Jeffers v. State
|485 N.E.2d 81
|21 November 1985
|Leroy Rudy JEFFERS, Appellant (Defendant below), v. STATE of Indiana, Appellee (Plaintiff below).
|Supreme Court of Indiana
Phyllis J. Senegal, Gary, for appellant.
Linley E. Pearson, Atty. Gen., Cheryl L. Greiner, Deputy Atty. Gen., Indianapolis, for appellee.
The appellant, Leroy Jeffers, was convicted by a jury of two counts of Dealing in Cocaine, Ind.Code Sec. 35-48-4-1(1) (Burns 1985 Repl.), both class B felonies, and one count of Possession of Cocaine with Intent to Deliver, Ind.Code Sec. 35-48-4-1(2) (Burns 1985 Repl.), a class B felony, and was sentenced to two concurrent terms of twenty years of imprisonment and a third term of twenty years to be served consecutively to the others. In this direct appeal, the following issues are raised:
1. Whether the evidence was sufficient to sustain the convictions;
2. Whether the State proved an adequate chain of custody of the cocaine;
3. Whether the court erred in denying appellant's pro se motion for a change of venue from the judge;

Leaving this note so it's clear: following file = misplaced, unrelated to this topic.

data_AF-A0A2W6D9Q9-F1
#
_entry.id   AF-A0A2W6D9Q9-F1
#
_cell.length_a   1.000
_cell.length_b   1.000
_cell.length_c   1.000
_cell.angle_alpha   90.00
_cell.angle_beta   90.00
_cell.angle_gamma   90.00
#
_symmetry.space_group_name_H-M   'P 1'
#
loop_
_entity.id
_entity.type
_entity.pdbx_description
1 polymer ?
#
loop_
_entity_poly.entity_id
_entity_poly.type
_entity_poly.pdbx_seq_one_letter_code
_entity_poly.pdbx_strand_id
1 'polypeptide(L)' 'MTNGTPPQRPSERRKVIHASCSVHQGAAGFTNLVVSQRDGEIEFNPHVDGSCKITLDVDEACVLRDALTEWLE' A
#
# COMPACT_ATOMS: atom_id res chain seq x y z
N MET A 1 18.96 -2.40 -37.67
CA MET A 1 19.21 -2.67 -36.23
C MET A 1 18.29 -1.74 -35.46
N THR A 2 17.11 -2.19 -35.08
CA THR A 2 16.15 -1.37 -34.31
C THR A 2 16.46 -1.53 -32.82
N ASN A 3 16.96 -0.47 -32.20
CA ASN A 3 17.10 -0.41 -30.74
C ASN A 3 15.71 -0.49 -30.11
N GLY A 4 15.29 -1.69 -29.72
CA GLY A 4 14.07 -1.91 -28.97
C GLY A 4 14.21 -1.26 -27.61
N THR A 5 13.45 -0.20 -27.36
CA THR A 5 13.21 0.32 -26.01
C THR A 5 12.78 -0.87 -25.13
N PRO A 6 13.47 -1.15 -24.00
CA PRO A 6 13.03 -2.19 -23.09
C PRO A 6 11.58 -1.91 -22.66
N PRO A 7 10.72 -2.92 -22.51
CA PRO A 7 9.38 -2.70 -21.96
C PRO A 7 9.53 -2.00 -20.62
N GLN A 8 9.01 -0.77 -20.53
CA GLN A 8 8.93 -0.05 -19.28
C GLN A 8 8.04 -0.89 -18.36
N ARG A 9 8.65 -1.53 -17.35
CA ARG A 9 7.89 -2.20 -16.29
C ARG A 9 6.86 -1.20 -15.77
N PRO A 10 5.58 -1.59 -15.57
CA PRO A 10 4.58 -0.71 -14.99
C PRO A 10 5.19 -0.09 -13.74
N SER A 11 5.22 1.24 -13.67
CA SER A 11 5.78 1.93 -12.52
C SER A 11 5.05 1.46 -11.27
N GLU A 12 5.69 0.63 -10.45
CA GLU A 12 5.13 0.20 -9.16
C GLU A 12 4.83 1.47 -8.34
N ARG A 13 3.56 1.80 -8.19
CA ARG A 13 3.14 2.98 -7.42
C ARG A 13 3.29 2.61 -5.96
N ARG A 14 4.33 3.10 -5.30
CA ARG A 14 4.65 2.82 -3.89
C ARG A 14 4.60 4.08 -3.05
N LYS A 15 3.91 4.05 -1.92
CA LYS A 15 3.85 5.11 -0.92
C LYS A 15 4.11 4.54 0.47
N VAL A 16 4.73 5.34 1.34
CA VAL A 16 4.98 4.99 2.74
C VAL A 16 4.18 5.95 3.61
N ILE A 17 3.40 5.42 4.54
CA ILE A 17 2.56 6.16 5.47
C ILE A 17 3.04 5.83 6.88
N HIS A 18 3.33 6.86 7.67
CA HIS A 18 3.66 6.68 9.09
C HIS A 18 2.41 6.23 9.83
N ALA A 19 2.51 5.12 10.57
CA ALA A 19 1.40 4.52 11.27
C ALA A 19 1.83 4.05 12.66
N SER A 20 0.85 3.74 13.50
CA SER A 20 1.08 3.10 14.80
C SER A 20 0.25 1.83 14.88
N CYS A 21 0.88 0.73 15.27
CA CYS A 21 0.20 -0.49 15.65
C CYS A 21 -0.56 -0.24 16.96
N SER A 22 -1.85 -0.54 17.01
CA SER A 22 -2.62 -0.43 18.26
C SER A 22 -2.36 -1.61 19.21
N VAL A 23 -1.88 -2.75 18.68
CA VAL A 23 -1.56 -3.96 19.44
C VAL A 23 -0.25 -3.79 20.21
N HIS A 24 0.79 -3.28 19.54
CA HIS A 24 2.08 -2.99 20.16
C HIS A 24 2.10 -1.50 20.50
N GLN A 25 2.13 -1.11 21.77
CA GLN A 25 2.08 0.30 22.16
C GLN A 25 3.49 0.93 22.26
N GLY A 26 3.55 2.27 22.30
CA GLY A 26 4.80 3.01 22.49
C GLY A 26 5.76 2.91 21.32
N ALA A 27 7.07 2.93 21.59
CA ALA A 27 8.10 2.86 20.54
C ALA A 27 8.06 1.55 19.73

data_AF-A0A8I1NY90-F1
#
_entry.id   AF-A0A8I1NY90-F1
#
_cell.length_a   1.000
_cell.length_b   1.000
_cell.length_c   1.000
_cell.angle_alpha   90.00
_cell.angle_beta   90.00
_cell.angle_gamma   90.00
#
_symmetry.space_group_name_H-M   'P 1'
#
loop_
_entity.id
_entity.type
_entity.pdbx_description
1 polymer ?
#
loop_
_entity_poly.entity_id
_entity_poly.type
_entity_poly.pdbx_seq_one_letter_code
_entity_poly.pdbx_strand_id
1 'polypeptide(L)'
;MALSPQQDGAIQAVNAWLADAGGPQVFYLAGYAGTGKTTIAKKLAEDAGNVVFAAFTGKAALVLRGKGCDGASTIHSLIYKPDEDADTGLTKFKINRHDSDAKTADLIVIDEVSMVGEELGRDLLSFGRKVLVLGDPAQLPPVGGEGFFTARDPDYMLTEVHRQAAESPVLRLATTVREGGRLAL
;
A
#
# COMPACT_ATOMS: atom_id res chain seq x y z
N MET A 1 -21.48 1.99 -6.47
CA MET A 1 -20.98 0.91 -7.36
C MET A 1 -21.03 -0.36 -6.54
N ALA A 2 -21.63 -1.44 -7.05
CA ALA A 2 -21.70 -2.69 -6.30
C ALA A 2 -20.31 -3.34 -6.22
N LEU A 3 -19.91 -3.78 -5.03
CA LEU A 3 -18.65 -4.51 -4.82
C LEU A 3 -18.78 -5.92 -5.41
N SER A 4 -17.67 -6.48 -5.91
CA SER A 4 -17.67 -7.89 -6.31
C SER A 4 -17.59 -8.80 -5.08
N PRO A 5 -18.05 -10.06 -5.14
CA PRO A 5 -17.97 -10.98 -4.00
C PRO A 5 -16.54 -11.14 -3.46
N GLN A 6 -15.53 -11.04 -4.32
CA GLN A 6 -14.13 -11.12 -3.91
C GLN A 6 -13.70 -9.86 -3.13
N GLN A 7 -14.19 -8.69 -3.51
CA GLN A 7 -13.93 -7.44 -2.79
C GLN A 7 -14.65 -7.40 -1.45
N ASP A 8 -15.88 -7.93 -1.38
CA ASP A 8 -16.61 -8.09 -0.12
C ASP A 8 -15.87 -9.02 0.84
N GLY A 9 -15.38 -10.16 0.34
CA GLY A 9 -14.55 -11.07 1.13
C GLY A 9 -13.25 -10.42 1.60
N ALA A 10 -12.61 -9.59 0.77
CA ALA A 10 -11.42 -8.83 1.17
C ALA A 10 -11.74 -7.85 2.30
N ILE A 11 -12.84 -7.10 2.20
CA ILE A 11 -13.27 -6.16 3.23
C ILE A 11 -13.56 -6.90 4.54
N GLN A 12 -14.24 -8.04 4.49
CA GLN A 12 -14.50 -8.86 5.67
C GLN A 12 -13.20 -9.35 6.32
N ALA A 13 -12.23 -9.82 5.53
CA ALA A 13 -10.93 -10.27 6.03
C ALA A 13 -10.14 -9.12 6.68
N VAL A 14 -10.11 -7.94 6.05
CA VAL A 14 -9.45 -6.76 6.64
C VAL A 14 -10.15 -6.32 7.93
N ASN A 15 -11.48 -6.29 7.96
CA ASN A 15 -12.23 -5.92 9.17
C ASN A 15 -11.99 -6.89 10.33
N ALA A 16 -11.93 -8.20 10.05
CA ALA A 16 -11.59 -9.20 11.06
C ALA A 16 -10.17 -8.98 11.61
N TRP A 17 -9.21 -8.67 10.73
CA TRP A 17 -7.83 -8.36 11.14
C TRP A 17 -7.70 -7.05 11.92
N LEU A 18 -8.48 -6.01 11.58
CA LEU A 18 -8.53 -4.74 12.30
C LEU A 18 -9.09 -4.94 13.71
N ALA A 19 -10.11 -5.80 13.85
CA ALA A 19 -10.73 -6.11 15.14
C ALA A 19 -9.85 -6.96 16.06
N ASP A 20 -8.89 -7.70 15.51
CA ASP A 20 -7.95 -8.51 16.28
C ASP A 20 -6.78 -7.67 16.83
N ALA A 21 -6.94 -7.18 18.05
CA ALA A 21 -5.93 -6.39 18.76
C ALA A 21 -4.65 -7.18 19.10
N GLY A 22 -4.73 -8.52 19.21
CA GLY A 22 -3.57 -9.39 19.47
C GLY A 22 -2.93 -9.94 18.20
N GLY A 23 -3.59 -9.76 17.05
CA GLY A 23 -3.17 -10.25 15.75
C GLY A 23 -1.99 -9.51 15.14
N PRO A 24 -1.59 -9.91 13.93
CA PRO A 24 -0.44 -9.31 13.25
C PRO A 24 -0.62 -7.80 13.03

4. Whether appellant was denied effective assistance of counsel; and,
5. Whether the sentence imposed was excessive. 1
The facts which tend to support the judgment of conviction are as follows. The Gary police department received an anonymous tip that narcotics were being sold from the rear apartment of a multi-unit dwelling. The police set up surveillance for three days. After observing what they believed to be narcotics traffic at the address, an undercover purchase was planned.
Officer Richardson testified that she knocked on the door of the rear apartment, and it was answered by appellant's fourteen-year-old son, Becelone. She told him she wanted "two dimes." He told her to move to a window where she gave him police department money. She saw him go to a refrigerator, then back to the window where he handed her two small white packets.